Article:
Majority black electoral districts are the remedy of choice in most voting rights cases brought by black plaintiffs. This preference is consistent with the particular bias toward winner-take-all single-member electoral districts common in the United States. This article focuses on the limits of districting as a method for representing minority interests.

      Elections based on multimember districts and proportional or semiproportional representation may work better than districting as a remedy for vote dilution.¹ These alternatives would assure fair minority representation and would better reflect all voters’ true preferences. Semiproportional, multimember electoral systems do not rely on territorial or residential location as...

    • 3 Electoral Systems and Minority Representation
      (pp. 50-84)

      Minority political enfranchisement in America is a subject of great complexity, forcing students of democratic practice to wrap their minds around the subtle relationships between broad philosophical purpose, on the one hand, and the practical details of democratic machinery, on the other. At thephilosophical levelthere are controversies concerning which public purposes among the many possible involving minority empowerment should be served—participation, promotion of indigenous leaders, representation, influence, satisfaction with outcomes. At thepractical levelthere are mysteries surrounding the operating characteristics of specific democratic design features—Does plurality voting deny representation to supporters of losing candidates? Will...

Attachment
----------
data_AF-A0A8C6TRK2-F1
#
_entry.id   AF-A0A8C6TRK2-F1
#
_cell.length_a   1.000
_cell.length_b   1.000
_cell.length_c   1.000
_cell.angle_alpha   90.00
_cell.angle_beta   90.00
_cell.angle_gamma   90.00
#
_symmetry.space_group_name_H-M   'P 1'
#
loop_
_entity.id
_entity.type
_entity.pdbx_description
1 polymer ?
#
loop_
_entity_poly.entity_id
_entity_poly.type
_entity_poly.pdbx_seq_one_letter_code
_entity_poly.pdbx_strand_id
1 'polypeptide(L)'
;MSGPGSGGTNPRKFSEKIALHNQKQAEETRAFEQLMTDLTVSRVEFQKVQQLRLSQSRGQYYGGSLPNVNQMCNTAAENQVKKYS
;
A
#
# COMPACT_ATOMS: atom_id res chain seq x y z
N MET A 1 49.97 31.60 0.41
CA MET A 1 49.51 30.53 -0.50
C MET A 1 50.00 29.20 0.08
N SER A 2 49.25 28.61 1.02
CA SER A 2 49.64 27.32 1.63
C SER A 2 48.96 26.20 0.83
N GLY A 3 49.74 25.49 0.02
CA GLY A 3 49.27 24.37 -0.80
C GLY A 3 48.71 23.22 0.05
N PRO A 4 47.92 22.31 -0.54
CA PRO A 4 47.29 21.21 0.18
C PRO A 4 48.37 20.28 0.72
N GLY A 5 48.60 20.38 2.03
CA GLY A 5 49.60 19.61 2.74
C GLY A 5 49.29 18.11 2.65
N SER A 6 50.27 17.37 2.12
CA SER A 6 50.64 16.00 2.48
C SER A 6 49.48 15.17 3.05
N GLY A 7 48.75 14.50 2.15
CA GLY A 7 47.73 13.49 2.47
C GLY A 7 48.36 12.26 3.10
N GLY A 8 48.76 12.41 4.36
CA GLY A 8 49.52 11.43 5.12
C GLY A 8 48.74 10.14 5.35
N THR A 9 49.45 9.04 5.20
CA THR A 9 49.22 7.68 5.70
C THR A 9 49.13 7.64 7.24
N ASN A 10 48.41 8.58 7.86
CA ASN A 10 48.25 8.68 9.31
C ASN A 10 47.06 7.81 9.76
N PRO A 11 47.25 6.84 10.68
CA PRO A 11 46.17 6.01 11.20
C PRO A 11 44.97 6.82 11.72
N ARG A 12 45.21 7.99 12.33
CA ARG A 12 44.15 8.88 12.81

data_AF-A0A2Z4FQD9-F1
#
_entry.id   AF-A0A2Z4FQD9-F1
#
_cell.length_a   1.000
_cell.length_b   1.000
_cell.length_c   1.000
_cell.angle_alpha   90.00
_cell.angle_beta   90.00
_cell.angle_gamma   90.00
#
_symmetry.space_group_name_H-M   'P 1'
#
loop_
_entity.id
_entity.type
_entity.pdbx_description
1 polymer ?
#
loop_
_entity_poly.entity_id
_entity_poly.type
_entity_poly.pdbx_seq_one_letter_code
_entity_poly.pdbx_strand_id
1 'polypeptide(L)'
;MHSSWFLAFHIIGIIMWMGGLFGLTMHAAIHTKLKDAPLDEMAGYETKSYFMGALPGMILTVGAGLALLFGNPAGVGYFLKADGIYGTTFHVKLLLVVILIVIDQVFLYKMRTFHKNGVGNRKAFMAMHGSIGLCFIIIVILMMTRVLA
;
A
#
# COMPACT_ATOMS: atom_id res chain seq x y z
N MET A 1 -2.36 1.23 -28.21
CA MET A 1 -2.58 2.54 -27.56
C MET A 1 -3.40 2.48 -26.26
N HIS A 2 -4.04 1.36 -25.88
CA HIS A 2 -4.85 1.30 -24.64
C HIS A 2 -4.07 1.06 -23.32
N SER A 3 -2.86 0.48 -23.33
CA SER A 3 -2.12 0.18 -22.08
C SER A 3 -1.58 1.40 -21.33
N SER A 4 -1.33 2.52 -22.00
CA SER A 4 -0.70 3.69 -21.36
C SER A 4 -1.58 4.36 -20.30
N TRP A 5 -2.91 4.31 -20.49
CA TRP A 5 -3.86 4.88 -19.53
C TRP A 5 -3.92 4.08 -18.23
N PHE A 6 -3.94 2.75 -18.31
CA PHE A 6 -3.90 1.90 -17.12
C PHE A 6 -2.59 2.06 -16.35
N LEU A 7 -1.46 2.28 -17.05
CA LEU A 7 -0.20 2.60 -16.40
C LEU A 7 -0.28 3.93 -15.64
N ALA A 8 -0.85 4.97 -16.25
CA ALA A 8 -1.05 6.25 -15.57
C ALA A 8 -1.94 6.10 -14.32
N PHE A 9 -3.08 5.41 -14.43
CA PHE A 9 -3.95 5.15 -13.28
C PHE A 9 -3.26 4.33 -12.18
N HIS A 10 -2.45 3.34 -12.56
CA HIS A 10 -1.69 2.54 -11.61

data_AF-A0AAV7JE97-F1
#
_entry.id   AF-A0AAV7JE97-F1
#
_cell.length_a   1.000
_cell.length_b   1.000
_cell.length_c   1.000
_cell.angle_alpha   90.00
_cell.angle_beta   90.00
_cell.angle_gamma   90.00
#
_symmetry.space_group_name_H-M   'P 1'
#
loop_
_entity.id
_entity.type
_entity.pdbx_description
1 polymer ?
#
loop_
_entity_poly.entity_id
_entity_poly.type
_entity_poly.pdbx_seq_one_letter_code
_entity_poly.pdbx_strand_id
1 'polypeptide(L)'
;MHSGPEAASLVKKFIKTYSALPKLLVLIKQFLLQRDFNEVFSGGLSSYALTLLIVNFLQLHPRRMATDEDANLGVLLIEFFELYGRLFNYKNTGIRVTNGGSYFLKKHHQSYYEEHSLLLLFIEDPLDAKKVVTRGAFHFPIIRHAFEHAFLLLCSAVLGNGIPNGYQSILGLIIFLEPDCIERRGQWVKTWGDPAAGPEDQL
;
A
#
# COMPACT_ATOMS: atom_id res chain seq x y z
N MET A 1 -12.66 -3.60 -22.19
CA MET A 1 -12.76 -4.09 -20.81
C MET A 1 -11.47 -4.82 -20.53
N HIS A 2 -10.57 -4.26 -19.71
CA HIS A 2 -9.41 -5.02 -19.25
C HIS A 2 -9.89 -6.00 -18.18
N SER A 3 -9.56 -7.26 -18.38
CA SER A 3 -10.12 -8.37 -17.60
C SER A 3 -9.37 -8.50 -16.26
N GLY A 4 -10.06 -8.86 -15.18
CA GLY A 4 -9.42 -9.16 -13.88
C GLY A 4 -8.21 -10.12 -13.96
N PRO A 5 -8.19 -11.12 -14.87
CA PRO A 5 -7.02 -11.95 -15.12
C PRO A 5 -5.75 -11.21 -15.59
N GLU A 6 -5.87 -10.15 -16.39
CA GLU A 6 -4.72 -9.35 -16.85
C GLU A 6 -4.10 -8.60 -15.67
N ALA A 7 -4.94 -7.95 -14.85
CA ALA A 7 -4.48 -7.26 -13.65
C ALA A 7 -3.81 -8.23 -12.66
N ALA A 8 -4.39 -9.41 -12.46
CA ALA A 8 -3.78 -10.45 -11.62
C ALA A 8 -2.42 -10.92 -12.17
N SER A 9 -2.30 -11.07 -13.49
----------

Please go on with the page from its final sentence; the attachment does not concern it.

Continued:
• 4 Racial Fairness in Legislative Redistricting
      (pp. 85-110)

      In this chapter, we study standards of racial fairness in legislative redistricting—a field that has been the subject of considerable legislation, jurisprudence, and advocacy, but very little serious academic scholarship. We attempt to elucidate how basic concepts about “color-blind” societies, and similar normative preferences, can generate specific practical standards for racial fairness in representation and redistricting. We also provide the normative and theoretical foundations on which concepts such asproportional representationrest, in order to give existing preferences of many in the literature a firmer analytical foundation.

      Our work also addresses a troubling discrepancy between partisan and racial standards...

    • 5 Race, Representation, and Redistricting
      (pp. 111-126)